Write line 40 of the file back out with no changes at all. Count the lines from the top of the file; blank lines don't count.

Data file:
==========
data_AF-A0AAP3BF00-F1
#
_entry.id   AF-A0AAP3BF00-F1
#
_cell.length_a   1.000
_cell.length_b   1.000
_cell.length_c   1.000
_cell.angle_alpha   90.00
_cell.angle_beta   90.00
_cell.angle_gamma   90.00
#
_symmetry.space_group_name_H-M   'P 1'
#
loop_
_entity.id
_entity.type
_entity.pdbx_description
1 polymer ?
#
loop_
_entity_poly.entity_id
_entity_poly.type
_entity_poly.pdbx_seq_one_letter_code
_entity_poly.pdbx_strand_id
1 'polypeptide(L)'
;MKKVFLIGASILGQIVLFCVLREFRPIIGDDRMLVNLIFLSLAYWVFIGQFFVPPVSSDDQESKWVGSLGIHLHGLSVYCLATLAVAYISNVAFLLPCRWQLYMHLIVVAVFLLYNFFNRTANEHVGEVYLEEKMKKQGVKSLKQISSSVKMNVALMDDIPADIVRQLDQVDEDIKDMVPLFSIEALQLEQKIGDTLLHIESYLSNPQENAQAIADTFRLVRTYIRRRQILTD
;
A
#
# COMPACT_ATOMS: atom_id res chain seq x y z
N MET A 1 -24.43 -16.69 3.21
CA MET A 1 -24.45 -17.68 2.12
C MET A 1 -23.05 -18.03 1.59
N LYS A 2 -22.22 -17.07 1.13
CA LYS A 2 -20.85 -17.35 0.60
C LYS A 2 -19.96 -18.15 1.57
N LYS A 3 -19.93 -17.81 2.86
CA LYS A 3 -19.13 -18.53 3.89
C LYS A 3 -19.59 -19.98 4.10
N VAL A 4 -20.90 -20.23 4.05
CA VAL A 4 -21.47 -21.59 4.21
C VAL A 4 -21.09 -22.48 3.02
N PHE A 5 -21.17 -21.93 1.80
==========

N VAL A 4 -20.90 -20.23 4.05